Friday, 7 January 2011

Confessions of a slovenly householder, no. 1: How To Paint

Everyone has roles in relationships and life. For some, their role is to be the supportive one, the one who deals with social occasions, the one who drives after evenings out, the one who catches spiders, etc. My role is to be the one who always does the decorating. This is not a role I consciously chose; if I were to choose, my role would be to be the one who spends all the household income at ascension online, but, here we are and now I have built up a degree of skill in it and I think I am trapped. As my mind is on this having spent today emulsioning the bathroom, I thought I would do a how-to of the correct way to paint a room. Most of you are probably better at this than me, and if you are, don’t hesitate to tell me where I am going wrong as I have to do the kitchen next and will incorporate your advice gratefully.

1/ Painting is very boring but it is not difficult. If you are up to balancing with one leg on various unsafe structures, then there is absolutely no need to pay someone else to do it although I can absolutely see why you might want to, so don’t feel bad.

2/ Painting is like sewing, it is all in the preparation, which takes oh god yawn forever, and the actual painting is very quick. As a rule of thumb the more time you spend preparing the better your room will look, so although it is counter-intuitive for me to say this, don’t think, oh I can’t be arsed, and dive straight in. No! First range your tools! You will need:
I have run out of masking tape, oh no
3/ Paint: listen carefully. DO NOT BUY CHEAP PAINT. While I am all for saving money, cheap paint is a hideous false economy. Does anyone remember the first Adrian Mole book? Where he tries to paint his bedroom black and it won’t cover his Noddy wallpaper so he has to do coat after coat and then scribble over the bells on Noddy’s hat with a marker? Adrian had clearly not bought Dulux, as this is what you are dooming yourself to if you buy cheap paint. This is the only time you will ever hear me say this, but, buy a named brand, and if it says ‘one coat!’ or something, so much the better. You will still need 2, though.

4/ A small brush for edges – all of them lose bristles, so you can buy a cheap one – and something bigger to cover more space. Do not buy a roller. They spray everywhere, and the hairy cylinder flies off and hits the carpet/ toddler/ afghan hound, it all goes wrong. Buy a Paint Pad with a small handle. If you are painting your hallway you can use the handle to tie it to the (non-hairy) end of a brush for greater length. Also you need a paint tray (these are very cheap).
Paint pad, tray and brush. Keep that mess contained. Lock up the cat
5/ Masking tape and polyfilla. These do not have to be wonderful quality, just buy the cheap ones. Buy polyfilla in a tub rather than a tube as otherwise you are forever squeezing.

6/ Now prepare your room. Have a wipe/ hoover round all the walls (because you would be surprised how cobwebs can accumulate), and clean with a damp cloth the tops of door frames, skirting boards, or anywhere that is liable to be dusty, because if dust gets on your brush, your surface ends up gritty. If you have any cracks/ holes anywhere, stick some polyfilla on (I just use a spoon and then smudge it with kitchen roll). It only takes about an hour to dry, and then you can sand it down.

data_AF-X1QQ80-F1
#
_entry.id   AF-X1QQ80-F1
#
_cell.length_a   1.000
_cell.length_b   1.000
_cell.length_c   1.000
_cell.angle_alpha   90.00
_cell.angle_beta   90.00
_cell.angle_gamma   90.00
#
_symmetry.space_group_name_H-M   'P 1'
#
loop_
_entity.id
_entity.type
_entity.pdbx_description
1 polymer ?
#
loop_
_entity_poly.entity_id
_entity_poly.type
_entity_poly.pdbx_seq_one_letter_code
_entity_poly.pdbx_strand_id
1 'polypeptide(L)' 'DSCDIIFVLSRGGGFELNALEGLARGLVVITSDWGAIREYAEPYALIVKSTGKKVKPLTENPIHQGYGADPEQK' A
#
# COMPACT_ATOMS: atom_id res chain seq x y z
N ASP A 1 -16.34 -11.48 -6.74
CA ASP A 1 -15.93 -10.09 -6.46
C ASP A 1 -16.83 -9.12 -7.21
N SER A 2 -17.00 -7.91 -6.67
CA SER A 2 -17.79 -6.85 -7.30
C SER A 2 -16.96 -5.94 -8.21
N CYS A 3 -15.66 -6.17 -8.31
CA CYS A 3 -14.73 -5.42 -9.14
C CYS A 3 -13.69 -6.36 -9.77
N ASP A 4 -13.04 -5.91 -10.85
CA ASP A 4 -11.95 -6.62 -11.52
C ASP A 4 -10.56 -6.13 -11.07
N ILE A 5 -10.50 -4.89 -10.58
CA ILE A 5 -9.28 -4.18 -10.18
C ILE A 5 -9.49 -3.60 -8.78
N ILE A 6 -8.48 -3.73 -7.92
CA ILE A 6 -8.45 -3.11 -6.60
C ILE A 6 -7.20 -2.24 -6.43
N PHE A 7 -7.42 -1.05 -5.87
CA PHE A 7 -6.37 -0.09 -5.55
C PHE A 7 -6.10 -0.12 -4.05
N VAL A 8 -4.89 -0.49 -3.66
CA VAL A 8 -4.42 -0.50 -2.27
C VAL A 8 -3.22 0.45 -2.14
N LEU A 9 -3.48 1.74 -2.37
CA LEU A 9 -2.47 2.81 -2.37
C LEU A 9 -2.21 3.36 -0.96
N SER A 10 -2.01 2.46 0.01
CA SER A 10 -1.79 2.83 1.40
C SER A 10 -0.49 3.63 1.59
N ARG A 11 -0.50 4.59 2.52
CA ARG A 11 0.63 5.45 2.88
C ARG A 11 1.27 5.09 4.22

7/ Now, stick masking tape all around every edge that will come into contact with paint: every single one. Skirting boards, tiles, doors, cupboards, light switches, overhead light fittings, everything. However tidy you are generally, assume you are going to be throwing paint at this room like a drunken monkey. Because you are.
Can you see? Like a drunken monkey. Buy that masking tape and use it!
8/ After hard-won experience I can tell you that: emulsion comes out of most things, and you can get gloss off hard surfaces, but the combination of gloss + carpet is a difficult one. So, if you are painting a carpeted room, put down dust sheets, at least next to the wall you are painting.

9/ This is just a tip which was passed on to me by my mother and which I now pass on to you. If you paint everything in your house white, you can use leftover paint easily and also you never have to be too accurate. My mother hyperventilates however if she is in a room which is painted anything other than white or magnolia so this is a better tip for her than for people who like colour, however everything I have ever painted I have painted white* and I can vouch for it working.

*Because partner only likes white. Yes, we have had the argument, we have had it many times.

10/ Now you are ready to paint, ha! Open your tub, stir it round with a spoon. With your small brush, paint lines along all the masking taped edges for a couple of inches, also in the join between the wall and the ceiling, around every light fixture and all the skirting boards. Also, if there are any angles between walls or on walls, paint there as well. This is because your paint pad will only do flat surfaces and cannot cope with corners or detail, so you do all the edges first and then just fill in the big bits.

11/ Fill in the big bits with your paint pad. Have a damp cloth ready and wipe up any bits of paint that go awol (wipe them up properly otherwise you end up with a smear and that is worse).